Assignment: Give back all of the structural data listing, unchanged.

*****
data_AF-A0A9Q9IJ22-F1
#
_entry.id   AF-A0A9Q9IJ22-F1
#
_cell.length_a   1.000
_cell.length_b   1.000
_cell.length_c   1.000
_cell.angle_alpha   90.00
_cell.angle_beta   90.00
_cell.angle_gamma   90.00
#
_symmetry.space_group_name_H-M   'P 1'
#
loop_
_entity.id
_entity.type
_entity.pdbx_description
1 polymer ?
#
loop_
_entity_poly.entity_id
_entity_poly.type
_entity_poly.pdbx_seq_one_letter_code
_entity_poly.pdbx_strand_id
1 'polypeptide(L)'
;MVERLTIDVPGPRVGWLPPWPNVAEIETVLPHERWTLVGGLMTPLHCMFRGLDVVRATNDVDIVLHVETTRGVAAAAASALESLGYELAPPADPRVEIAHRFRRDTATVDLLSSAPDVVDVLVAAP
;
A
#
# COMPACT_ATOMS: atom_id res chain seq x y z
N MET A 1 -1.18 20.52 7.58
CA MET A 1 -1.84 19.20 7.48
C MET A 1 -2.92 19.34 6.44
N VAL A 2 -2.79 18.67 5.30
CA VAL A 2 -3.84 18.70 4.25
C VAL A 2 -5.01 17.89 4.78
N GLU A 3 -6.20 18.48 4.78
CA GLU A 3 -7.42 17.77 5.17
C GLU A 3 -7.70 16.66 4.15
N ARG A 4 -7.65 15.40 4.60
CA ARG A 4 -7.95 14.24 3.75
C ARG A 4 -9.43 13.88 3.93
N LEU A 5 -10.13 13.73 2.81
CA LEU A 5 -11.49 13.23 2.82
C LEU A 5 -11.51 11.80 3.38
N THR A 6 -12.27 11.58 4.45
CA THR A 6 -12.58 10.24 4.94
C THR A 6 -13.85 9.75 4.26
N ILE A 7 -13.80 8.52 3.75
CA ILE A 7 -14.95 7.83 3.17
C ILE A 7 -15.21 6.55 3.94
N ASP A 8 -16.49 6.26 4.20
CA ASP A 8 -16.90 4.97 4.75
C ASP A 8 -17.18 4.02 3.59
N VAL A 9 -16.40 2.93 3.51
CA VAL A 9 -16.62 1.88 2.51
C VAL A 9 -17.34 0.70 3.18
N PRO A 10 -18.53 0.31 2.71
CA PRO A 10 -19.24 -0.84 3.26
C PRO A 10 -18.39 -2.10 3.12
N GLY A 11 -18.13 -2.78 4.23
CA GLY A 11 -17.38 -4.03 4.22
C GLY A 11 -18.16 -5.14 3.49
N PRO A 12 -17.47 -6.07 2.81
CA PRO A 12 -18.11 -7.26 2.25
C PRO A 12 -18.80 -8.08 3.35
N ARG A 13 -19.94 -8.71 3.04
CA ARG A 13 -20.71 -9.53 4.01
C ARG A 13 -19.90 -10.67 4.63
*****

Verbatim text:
data_AF-A0A9Q9IJ22-F1
#
_entry.id   AF-A0A9Q9IJ22-F1
#
_cell.length_a   1.000
_cell.length_b   1.000
_cell.length_c   1.000
_cell.angle_alpha   90.00
_cell.angle_beta   90.00
_cell.angle_gamma   90.00
#
_symmetry.space_group_name_H-M   'P 1'
#
loop_
_entity.id
_entity.type
_entity.pdbx_description
1 polymer ?
#
loop_
_entity_poly.entity_id
_entity_poly.type
_entity_poly.pdbx_seq_one_letter_code
_entity_poly.pdbx_strand_id
1 'polypeptide(L)'
;MVERLTIDVPGPRVGWLPPWPNVAEIETVLPHERWTLVGGLMTPLHCMFRGLDVVRATNDVDIVLHVETTRGVAAAAASALESLGYELAPPADPRVEIAHRFRRDTATVDLLSSAPDVVDVLVAAP
;
A
#
# COMPACT_ATOMS: atom_id res chain seq x y z
N MET A 1 -1.18 20.52 7.58
CA MET A 1 -1.84 19.20 7.48
C MET A 1 -2.92 19.34 6.44
N VAL A 2 -2.79 18.67 5.30
CA VAL A 2 -3.84 18.70 4.25
C VAL A 2 -5.01 17.89 4.78
N GLU A 3 -6.20 18.48 4.78
CA GLU A 3 -7.42 17.77 5.17
C GLU A 3 -7.70 16.66 4.15
N ARG A 4 -7.65 15.40 4.60
CA ARG A 4 -7.95 14.24 3.75
C ARG A 4 -9.43 13.88 3.93
N LEU A 5 -10.13 13.73 2.81
CA LEU A 5 -11.49 13.23 2.82
C LEU A 5 -11.51 11.80 3.38
N THR A 6 -12.27 11.58 4.45
CA THR A 6 -12.58 10.24 4.94
C THR A 6 -13.85 9.75 4.26
N ILE A 7 -13.80 8.52 3.75
CA ILE A 7 -14.95 7.83 3.17
C ILE A 7 -15.21 6.55 3.94
N ASP A 8 -16.49 6.26 4.20
CA ASP A 8 -16.90 4.97 4.75
C ASP A 8 -17.18 4.02 3.59
N VAL A 9 -16.40 2.93 3.51
CA VAL A 9 -16.62 1.88 2.51
C VAL A 9 -17.34 0.70 3.18
N PRO A 10 -18.53 0.31 2.71
CA PRO A 10 -19.24 -0.84 3.26
C PRO A 10 -18.39 -2.10 3.12
N GLY A 11 -18.13 -2.78 4.23
CA GLY A 11 -17.38 -4.03 4.22
C GLY A 11 -18.16 -5.14 3.49
N PRO A 12 -17.47 -6.07 2.81
CA PRO A 12 -18.11 -7.26 2.25
C PRO A 12 -18.80 -8.08 3.35
N ARG A 13 -19.94 -8.71 3.04
CA ARG A 13 -20.71 -9.53 4.01
C ARG A 13 -19.90 -10.67 4.63